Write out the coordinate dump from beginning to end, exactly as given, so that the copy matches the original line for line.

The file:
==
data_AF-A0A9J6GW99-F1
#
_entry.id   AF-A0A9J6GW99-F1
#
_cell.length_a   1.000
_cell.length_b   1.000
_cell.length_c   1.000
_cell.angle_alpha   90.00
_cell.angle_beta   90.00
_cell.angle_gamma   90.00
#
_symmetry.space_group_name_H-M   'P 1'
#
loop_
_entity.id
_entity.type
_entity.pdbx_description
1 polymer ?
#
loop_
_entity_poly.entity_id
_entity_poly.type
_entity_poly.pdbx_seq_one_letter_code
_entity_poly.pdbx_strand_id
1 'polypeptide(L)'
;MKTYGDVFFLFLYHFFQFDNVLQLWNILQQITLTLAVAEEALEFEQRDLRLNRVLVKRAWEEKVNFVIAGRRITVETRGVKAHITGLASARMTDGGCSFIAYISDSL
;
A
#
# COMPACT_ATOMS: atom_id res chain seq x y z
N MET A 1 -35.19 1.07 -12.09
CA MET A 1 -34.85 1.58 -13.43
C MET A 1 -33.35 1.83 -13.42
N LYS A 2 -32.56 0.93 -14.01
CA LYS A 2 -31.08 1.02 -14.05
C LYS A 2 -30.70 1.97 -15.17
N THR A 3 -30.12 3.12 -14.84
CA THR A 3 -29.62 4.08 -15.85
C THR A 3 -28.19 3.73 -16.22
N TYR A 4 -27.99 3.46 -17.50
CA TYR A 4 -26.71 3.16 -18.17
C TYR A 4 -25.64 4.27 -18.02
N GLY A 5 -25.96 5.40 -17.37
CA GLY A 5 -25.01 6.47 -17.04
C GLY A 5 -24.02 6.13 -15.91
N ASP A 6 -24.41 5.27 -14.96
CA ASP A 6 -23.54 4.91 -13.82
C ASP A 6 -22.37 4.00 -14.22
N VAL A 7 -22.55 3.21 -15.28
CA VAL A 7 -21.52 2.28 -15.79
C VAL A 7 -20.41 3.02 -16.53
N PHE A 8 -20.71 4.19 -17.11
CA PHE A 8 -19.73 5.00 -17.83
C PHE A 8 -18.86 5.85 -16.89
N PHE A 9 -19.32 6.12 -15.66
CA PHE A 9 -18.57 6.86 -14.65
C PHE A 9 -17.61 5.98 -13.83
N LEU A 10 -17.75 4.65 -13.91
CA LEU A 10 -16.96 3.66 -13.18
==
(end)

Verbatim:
data_AF-A0A9J6GW99-F1
#
_entry.id   AF-A0A9J6GW99-F1
#
_cell.length_a   1.000
_cell.length_b   1.000
_cell.length_c   1.000
_cell.angle_alpha   90.00
_cell.angle_beta   90.00
_cell.angle_gamma   90.00
#
_symmetry.space_group_name_H-M   'P 1'
#
loop_
_entity.id
_entity.type
_entity.pdbx_description
1 polymer ?
#
loop_
_entity_poly.entity_id
_entity_poly.type
_entity_poly.pdbx_seq_one_letter_code
_entity_poly.pdbx_strand_id
1 'polypeptide(L)'
;MKTYGDVFFLFLYHFFQFDNVLQLWNILQQITLTLAVAEEALEFEQRDLRLNRVLVKRAWEEKVNFVIAGRRITVETRGVKAHITGLASARMTDGGCSFIAYISDSL
;
A
#
# COMPACT_ATOMS: atom_id res chain seq x y z
N MET A 1 -35.19 1.07 -12.09
CA MET A 1 -34.85 1.58 -13.43
C MET A 1 -33.35 1.83 -13.42
N LYS A 2 -32.56 0.93 -14.01
CA LYS A 2 -31.08 1.02 -14.05
C LYS A 2 -30.70 1.97 -15.17
N THR A 3 -30.12 3.12 -14.84
CA THR A 3 -29.62 4.08 -15.85
C THR A 3 -28.19 3.73 -16.22
N TYR A 4 -27.99 3.46 -17.50
CA TYR A 4 -26.71 3.16 -18.17
C TYR A 4 -25.64 4.27 -18.02
N GLY A 5 -25.96 5.40 -17.37
CA GLY A 5 -25.01 6.47 -17.04
C GLY A 5 -24.02 6.13 -15.91
N ASP A 6 -24.41 5.27 -14.96
CA ASP A 6 -23.54 4.91 -13.82
C ASP A 6 -22.37 4.00 -14.22
N VAL A 7 -22.55 3.21 -15.28
CA VAL A 7 -21.52 2.28 -15.79
C VAL A 7 -20.41 3.02 -16.53
N PHE A 8 -20.71 4.19 -17.11
CA PHE A 8 -19.73 5.00 -17.83
C PHE A 8 -18.86 5.85 -16.89
N PHE A 9 -19.32 6.12 -15.66
CA PHE A 9 -18.57 6.86 -14.65
C PHE A 9 -17.61 5.98 -13.83
N LEU A 10 -17.75 4.65 -13.91
CA LEU A 10 -16.96 3.66 -13.18